(Bloomberg) -- Thousands of Venezuelans began lining up before dawn Friday outside a Caracas stadium, hoping to get a hold of a prized item: motor oil.
“I got here at 2 a.m.,” said Carolina Estrella, a 32-year-old office manager, in line to purchase 12 liters for her family’s three cars. National guard officers estimated about 5,000 people were in line by 11 a.m.
The two-day-only sale was announced by Venezuela’s state oil giant, Petroleos de Venezuela SA, Thursday and at 300,000 bolivars per liter, the price is a steal compared to the 25 million bolivars ($8) charged for any imported kind at a car shops around Caracas. While long lines of this kind have become the norm around the country, soaring hyperinflation of 60,000 percent has stoked desperation among Venezuelans. For many here, the cost of basic items like milk or flour now eat up substantial chunks of their monthly wages.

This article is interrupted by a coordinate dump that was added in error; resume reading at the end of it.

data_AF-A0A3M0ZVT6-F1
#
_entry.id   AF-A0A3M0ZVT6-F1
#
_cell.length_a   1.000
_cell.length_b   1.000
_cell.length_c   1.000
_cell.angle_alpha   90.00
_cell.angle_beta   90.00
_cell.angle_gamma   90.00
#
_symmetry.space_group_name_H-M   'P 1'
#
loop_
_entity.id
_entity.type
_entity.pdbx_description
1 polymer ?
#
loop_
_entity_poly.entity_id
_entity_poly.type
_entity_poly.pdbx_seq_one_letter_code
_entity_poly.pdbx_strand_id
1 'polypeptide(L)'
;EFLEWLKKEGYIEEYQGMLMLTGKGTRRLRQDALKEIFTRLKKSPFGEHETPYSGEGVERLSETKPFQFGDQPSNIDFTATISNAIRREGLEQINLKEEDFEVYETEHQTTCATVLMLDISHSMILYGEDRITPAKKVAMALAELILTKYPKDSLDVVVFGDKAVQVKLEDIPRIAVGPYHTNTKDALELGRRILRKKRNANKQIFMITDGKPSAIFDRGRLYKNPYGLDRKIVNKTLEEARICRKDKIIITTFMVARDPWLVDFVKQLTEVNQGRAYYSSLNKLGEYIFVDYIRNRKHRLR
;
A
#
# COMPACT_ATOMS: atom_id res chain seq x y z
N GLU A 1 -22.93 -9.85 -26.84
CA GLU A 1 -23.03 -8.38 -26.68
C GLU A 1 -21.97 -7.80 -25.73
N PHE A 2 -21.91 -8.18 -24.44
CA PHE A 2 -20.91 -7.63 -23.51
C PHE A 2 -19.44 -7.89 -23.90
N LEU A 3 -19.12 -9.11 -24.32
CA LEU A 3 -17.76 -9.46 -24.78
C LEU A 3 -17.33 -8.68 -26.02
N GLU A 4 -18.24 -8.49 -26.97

While President Nicolas Maduro has vowed to boost daily output by 1 million barrels, production is constrained by the lack of replacement parts and chemicals needed to drill, remove contaminants and treat crude before it’s suitable for refining. Production in Venezuela, which boasts the world’s largest oil reserves, will likely fall to 800,000 barrels per day by the end of 2019, from 1.36 million barrels in May, according to the International Energy Agency.
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